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284 Dysplastic Erythropoiesis in Stag2 Loss Exhibits Defective Nuclear Condensation and Hemophagocytosis

Program: Oral and Poster Abstracts
Type: Oral
Session: 101. Red Cells and Erythropoiesis, Excluding Iron I
Hematology Disease Topics & Pathways:
Research, Fundamental Science, Translational Research, hematopoiesis, Biological Processes
Saturday, December 10, 2022: 4:15 PM

Varun S Sudunagunta, BA1,2,3, Yi Chen, Ph.D1*, Jane J Xu, PhD1,2*, Laura E Mittelman1,2*, Hongxia Yan, MS4*, John Pantazi2*, Stephanie Braunstein2*, Besmira Alija2*, Mohandas Narla, DSc4 and Aaron D Viny, MD, MS1,2

1Columbia Stem Cell Initiative, Columbia University, New York, NY
2Division of Hematology and Oncology, Department of Medicine, Columbia University, New York, NY
3Vagelos College of Physicians & Surgeons, Columbia University, NEW YORK, NY
4Laboratory of Red Cell Physiology, New York Blood Center, New York, NY

Chromosomes fold in a hierarchy of increasingly complex structures from nucleosomes to chromosomal territories. Dynamic chromosomal architecture establishes regulatory cues that allow for local reorganization during cellular differentiation. The ring-shaped cohesin complex, composed of SMC1, SMC3, RAD21, and either STAG1 or STAG2, plays a critical role in forming chromatin loops, permitting genomic partitioning, enhancer-promoter interactions, and topological control of gene expression. While both STAG1 and STAG2 play a role in regulating gene expression and genome organization, we and others have defined distinct roles, owing to their differential cellular localization and range of interactions. Given that STAG2 is recurrently mutated in various cancers, including acute myeloid leukemia and myelodysplastic syndrome, understanding the role of STAG2 in gene regulation, hematopoiesis, and tumor suppression could provide novel therapeutic and clinical insights. Prior work by our group has demonstrated that Stag2 deficiency results in altered hematopoietic stem cell (HSC) self-renewal, impaired HSC differentiation, and lineage skewing. In particular, Stag2 deficiency resulted in marked features of myelodysplasia.

Here, we demonstrate that STAG2 loss results in erythroid atypia and hemophagocytosis. We observe decreased terminal erythroid maturation via scRNA-seq of Stag2-/- CFU-E (Lineage-cKit+Sca1CD34FcγCD105+). To further investigate the mechanistic basis of this impaired maturation, bone marrow from Stag2-/-, Stag2+/-, and Stag2+/+ mice was stained with H&E, where marked nuclear-cytoplasmic dyssynchrony of erythroblasts was noted in a Stag2 dose dependent manner. Additionally, erythrocytes and erythrocyte debris was observed in bone marrow resident macrophages, suggesting the presence of hemophagocytosis (Fig. 1A). Immunohistochemistry (IHC) for Ter119, an erythroid specific protein, showed markedly reduced surface expression of Ter119, which was confirmed via flow cytometry (p < 0.001). In addition to the overall decrease in Ter119+ cells, the remaining IHC staining was concentrated into distinct foci with Stag2 loss. Immunohistochemistry for Iba1 showed an increased number of Iba1+ macrophages (Mφ) in Stag2-/- mice. Colocalization studies by confocal microscopy further validated hemophagocytosis (Fig.1B). To determine if Mφ overactivation was driving hemophagocytosis, Iba1+ Mφ from Stag2+/+ and Stag2-/- mice were stimulated with IL-4, IL-6, IFN-γ, and LPS and no differences observed as a function of Stag2 genotype. As no anemia present in Stag2-/- mice, we assayed serum erythropoietin and identified a significant increase in erythropoietin in Stag2-/- mice (p < 0.05), suggesting compensatory erythropoietic stimulation.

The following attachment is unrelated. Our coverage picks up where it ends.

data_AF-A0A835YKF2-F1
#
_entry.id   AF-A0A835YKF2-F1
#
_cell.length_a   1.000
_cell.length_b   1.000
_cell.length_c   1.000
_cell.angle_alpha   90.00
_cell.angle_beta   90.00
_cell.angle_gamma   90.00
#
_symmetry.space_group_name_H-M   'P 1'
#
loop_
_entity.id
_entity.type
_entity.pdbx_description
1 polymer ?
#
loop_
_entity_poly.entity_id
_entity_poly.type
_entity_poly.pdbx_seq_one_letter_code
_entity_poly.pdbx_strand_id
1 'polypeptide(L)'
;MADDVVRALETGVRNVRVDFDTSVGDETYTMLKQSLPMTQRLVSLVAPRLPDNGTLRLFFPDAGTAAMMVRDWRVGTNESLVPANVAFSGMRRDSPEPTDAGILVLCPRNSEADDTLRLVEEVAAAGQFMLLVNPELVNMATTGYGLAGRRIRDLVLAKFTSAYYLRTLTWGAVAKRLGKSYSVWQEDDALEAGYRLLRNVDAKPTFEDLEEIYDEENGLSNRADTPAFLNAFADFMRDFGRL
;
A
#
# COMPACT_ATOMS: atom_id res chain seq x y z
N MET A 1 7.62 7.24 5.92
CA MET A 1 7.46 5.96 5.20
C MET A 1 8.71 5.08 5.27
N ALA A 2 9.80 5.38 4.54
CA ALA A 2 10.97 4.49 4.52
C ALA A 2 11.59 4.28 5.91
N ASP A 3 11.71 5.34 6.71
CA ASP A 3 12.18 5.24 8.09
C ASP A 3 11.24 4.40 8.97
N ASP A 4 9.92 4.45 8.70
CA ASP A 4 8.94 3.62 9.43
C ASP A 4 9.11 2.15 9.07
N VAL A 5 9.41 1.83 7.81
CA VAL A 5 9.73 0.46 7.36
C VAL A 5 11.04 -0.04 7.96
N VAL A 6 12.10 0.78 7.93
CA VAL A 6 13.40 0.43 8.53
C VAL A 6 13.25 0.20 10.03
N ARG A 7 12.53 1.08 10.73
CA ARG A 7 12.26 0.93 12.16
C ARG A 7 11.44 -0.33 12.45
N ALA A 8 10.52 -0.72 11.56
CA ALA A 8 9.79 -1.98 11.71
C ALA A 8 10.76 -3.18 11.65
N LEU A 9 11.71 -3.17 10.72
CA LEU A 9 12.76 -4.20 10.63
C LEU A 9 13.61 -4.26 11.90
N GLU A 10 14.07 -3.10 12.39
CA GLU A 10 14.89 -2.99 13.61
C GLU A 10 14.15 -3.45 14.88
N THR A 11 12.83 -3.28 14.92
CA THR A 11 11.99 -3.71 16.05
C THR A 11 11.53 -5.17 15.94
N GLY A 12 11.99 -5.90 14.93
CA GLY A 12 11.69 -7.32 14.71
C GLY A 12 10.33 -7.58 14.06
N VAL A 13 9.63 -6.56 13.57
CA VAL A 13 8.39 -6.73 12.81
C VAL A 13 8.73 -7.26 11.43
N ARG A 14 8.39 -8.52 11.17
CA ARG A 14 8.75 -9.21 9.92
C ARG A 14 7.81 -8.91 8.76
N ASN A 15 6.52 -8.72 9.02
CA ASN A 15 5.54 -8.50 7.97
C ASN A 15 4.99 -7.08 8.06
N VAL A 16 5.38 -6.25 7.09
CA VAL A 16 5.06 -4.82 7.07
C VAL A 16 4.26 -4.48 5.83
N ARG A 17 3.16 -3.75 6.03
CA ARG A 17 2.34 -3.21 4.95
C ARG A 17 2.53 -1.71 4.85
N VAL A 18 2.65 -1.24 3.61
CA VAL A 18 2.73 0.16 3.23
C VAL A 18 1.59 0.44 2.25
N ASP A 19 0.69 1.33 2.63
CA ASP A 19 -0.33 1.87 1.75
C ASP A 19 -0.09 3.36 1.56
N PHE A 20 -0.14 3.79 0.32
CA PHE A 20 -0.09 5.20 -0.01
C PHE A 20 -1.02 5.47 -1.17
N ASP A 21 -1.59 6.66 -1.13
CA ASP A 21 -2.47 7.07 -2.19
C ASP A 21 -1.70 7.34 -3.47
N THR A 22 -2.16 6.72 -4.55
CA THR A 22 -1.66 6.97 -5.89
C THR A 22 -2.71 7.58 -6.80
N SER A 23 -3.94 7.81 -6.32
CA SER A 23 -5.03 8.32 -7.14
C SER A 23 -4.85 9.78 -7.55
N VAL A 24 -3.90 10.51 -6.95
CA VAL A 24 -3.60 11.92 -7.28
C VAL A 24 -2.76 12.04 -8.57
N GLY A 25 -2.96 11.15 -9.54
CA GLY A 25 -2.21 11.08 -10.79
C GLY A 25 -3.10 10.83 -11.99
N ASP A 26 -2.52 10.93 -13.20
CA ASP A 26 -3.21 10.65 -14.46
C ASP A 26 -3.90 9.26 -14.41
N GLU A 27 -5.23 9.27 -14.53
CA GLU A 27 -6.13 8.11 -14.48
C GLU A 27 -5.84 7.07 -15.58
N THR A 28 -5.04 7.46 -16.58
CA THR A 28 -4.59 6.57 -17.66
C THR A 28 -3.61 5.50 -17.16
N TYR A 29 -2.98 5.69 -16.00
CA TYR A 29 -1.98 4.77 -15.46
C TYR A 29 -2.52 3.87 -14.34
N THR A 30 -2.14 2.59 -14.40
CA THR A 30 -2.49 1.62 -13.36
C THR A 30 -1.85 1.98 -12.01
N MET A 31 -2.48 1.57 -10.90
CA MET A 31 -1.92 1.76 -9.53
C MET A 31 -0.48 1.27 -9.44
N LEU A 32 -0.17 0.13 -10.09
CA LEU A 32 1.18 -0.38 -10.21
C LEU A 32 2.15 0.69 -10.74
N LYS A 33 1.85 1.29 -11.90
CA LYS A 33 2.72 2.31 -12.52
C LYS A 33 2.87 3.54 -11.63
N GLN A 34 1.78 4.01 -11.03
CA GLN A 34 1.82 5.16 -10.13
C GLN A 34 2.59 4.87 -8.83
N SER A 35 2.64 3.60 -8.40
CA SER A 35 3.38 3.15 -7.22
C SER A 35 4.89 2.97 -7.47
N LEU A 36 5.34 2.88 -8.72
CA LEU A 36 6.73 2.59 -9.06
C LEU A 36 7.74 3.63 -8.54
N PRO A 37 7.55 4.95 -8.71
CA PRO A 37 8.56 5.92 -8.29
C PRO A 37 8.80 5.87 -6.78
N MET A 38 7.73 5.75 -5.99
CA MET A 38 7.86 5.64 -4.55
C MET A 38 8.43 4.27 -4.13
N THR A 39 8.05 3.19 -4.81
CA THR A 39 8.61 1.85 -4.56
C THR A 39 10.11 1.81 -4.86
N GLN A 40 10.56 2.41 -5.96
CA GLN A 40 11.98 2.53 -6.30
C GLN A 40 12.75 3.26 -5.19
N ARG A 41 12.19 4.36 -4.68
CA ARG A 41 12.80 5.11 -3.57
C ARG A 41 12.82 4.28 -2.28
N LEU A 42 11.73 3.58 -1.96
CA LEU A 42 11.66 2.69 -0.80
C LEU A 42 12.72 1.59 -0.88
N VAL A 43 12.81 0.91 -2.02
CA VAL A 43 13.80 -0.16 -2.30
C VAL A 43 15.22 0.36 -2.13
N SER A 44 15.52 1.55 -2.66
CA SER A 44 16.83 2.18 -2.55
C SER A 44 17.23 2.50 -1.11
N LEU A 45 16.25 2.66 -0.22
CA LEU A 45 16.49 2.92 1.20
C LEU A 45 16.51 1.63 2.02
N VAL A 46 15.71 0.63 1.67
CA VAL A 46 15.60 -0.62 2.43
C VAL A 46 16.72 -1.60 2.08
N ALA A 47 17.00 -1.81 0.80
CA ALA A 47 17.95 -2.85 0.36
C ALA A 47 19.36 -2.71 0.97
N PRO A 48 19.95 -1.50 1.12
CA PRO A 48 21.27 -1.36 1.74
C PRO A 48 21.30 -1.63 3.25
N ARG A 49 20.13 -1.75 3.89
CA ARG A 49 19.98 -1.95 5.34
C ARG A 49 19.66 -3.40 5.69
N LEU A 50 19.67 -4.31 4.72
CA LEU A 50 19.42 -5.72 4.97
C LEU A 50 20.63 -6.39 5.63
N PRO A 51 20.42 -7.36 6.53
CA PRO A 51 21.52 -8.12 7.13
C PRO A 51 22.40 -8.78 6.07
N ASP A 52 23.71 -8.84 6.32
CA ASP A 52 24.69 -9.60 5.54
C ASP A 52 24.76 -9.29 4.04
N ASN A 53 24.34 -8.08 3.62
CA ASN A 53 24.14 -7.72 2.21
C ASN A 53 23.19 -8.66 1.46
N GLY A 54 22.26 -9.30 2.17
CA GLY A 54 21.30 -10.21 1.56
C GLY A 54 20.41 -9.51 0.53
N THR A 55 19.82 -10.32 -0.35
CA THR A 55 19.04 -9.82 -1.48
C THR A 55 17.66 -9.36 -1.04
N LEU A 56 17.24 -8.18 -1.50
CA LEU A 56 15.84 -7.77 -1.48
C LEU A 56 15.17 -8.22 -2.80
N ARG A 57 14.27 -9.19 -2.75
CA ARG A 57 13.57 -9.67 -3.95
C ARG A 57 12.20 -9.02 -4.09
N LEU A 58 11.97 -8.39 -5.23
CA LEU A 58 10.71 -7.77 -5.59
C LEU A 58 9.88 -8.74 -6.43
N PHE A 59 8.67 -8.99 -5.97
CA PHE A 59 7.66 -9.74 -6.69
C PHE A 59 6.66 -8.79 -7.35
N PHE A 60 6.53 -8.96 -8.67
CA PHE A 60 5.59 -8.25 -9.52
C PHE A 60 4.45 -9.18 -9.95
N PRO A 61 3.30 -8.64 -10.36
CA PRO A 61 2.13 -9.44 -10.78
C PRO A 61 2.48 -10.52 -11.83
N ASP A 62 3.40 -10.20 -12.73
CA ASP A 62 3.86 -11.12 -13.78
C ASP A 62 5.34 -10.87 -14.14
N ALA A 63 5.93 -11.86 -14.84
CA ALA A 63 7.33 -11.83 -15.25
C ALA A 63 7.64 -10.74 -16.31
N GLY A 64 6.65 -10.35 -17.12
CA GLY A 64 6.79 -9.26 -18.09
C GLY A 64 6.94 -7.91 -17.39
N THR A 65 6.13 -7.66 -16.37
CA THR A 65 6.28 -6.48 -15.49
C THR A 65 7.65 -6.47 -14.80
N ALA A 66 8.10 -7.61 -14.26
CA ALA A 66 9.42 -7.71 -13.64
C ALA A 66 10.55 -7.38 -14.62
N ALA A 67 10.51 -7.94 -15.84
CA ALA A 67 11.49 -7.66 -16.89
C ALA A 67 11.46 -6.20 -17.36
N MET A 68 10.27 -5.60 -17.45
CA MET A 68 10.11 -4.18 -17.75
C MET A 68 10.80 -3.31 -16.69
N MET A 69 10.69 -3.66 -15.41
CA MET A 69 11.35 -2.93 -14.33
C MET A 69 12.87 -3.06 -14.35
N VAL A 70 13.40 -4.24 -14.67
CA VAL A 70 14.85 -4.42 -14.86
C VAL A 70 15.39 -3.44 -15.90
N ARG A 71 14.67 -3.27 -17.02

Flow cytometric analysis of Stag2+/+ and Stag2-/- bone marrow stained for CD44 showed significant alterations to terminal erythroid differentiation, with an increase in Stage II erythroblasts (p = 0.01) and decreases in Stage IV/V erythroblasts (p = 0.029 and 0.031, respectively). Subsequent ATAC sequencing of sorted Stag2+/+ and Stag2-/- erythroid progenitors showed an overall more relaxed chromatin state and hyperaccessibility with Stag2 loss, suggesting defective nuclear condensation from the earliest stages of erythropoiesis. Preliminary data from STAG2 shRNA knockdown in human CD34+ cells in vitro suggests that STAG2 may impair chromatin condensation and enucleation during terminal erythroid differentiation. Whether the hyperaccessibility observed with STAG2 loss persists through terminal erythroid differentiation is being investigated to determine the mechanism by which STAG2 loss influences defective nuclear condensation and nuclear extrusion during erythroid differentiation. These data suggest that Stag2 loss negatively affects chromatin condensation, resulting in a compensatory erythropoietin secretion and increased hemophagocytosis. These data extend the role of Stag2 from lineage priming to the latest stages of erythropoiesis and define the critical physiologic role of Stag2 in erythropoiesis.

Disclosures: Viny: Arima Genomics: Current holder of stock options in a privately-held company, Membership on an entity's Board of Directors or advisory committees; Nooma Bio: Current holder of stock options in a privately-held company, Membership on an entity's Board of Directors or advisory committees.

*signifies non-member of ASH